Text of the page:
Many geospatial domains (seismology, for example) describe distances between points on the surface of the earth as angles. This is simply the result of dividing the length of the shortest great-circle arc connecting a pair points by the radius of the Earth (or whatever planet one is measuring). This gives the angle (in radians) subtended by rays from each point that join at the center of the Earth (or other planet). This is sometimes called a "spherical distance." You can thus call the resulting number a "distance in radians." You could also call the same number a "distance in earth radii." When you work with transformations of geodata, keep this in mind.

You can easily convert that angle from radians to degrees. For example, you can call
`distance`

to compute the distance in meters from London to Kuala
Lumpur:

latL = 51.5188; lonL = -0.1300; latK = 2.9519; lonK = 101.8200; earthRadiusInMeters = 6371000; distInMeters = distance(latL, lonL,... latK, lonK, earthRadiusInMeters) distInMeters = 1.0571e+007

distInRadians = distInMeters / earthRadiusInMeters distInRadians = 1.6593

distInDegrees = rad2deg(distInRadians) distInDegrees = 95.0692

Mapping Toolbox™ software includes a set of six functions to conveniently convert distances along the surface of the Earth (or another planet) from units of kilometers (km), nautical miles (nm), or statute miles (sm) to spherical distances in degrees (deg) or radians (rad):

`km2deg`

,`nm2deg`

, and`sm2deg`

go from length to angle in degrees`km2rad`

,`nm2rad`

, and`sm2rad`

go from length to angle in radians

You could replace the final two steps in the preceding example with

distInKilometers = distInMeters/1000; earthRadiusInKm = 6371; km2deg(distInKilometers, earthRadiusInKm) ans = 95.0692

`deg2km`

,`deg2nm`

, and`deg2sm`

go from angle in degrees to length`rad2km`

,`rad2nm`

, and`rad2sm`

go from angle in radians to length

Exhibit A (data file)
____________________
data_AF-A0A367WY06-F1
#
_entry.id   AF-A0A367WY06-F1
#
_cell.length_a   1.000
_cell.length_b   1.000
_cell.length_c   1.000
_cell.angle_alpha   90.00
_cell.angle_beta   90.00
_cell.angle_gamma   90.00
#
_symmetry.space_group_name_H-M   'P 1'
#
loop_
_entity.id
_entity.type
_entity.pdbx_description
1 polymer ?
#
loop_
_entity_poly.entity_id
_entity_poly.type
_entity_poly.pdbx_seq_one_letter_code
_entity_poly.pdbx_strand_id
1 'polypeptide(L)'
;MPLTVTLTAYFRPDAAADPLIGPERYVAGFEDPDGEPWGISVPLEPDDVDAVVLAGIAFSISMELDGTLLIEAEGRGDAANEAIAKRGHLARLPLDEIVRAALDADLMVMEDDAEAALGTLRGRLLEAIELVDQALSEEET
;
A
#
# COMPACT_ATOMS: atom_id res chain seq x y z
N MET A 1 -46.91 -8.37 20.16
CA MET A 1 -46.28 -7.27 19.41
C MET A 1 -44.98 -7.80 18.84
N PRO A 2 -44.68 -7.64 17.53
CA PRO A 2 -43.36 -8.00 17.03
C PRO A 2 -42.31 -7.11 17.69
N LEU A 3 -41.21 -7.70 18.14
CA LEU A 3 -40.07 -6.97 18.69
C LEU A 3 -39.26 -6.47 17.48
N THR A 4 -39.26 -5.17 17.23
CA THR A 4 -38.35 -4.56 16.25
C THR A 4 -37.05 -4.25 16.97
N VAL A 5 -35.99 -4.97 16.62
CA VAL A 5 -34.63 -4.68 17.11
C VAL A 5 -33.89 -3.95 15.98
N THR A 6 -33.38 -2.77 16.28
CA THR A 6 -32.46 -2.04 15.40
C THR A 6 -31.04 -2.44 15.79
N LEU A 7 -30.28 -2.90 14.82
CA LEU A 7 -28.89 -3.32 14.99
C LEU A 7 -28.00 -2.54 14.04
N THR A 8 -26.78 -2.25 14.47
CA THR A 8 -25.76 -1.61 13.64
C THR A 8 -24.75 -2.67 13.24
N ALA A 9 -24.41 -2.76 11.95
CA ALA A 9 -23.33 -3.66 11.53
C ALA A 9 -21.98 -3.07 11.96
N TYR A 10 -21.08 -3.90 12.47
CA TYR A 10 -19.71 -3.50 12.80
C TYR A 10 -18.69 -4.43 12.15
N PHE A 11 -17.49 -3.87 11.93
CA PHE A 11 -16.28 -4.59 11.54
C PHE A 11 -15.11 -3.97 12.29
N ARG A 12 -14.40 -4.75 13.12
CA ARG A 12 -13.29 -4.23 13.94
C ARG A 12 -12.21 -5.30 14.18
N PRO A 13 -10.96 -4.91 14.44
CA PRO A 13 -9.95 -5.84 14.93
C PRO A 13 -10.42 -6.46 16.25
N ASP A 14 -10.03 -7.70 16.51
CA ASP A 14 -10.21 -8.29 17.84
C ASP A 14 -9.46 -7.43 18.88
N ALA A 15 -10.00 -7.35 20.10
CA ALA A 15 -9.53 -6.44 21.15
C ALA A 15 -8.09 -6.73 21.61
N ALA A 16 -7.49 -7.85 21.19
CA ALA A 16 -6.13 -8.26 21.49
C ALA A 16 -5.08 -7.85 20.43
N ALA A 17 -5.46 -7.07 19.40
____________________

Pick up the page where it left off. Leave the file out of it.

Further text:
When given a single input argument, all 12 functions assume a radius of 6,371,000 meters (6371 km, 3440.065 nm, or 3958.748 sm), which is widely-used as an estimate of the average radius of the Earth. An optional second parameter can be used to specify a planetary radius (in output length units) or the name of an object in the Solar System.

Certain syntaxes of the `distance`

and `reckon`

functions use angles to denote distances in the way described above. In the following
statements, the range argument, `arclen`

, is in degrees (along with all the
other inputs and outputs):

[arclen, az] = distance(lat1, lon1, lat2, lon2) [latout, lonout] = reckon(lat, lon, arclen, az)

`units`

argument, you can use radians
instead:[arclen, az] = distance(lat1, lon1, lat2, lon2, 'radians') [latout, lonout] = reckon(lat, lon, arclen, az, 'radians')

`ellipsoid`

argument is provided, however, then
`arclen`

has units of length, and they match the units of the semimajor
axis length of the reference ellipsoid. If you specify `ellipsoid = [1 0]`

(the unit sphere), `arclen`

can be considered to be either an angle in
radians or a length defined in units of earth radii. It has the same value either way. Thus,
in the following computation, `lat1`

, `lon1`

,
`lat2`

, `lon2`

, and `az`

are in
degrees, but `arclen`

will appear to be in radians: [arclen, az] = distance(lat1, lon1, lat2, lon2, [1 0])

The following table shows the Mapping Toolbox unit-to-unit distance and arc conversion functions. They all accept scalar, vector, and higher-dimension inputs. The first two columns and rows involve angle units, the last three involve distance units:

**Functions that Directly Convert Angles, Lengths, and Spherical Distances**

Convert | To Degrees | To Radians | To Kilometers | To Nautical Miles | To Statute Miles |
---|---|---|---|---|---|

Degrees | `toDegrees` `fromDegrees` | `deg2rad` `toRadians` `fromDegrees` | `deg2km` | `deg2nm` | `deg2sm` |

Radians | `rad2deg` `toDegrees` `fromRadians` | `toRadians` `fromRadians` | `rad2km` | `rad2nm` | `rad2sm` |

Kilometers | `km2deg` | `km2rad` | `km2nm` | `km2sm` | |

Nautical Miles | `nm2deg` | `nm2rad` | `nm2km` | `nm2sm` | |

Statute Miles | `sm2deg` | `sm2rad` | `sm2km` | `sm2nm` |

The angle conversion functions along the major diagonal,
`toDegrees`

, `toRadians`

,
`fromDegrees`

, and `fromRadians`

, can have no-op
results. They are intended for use in applications that have no prior knowledge of what
angle units might be input or desired as output.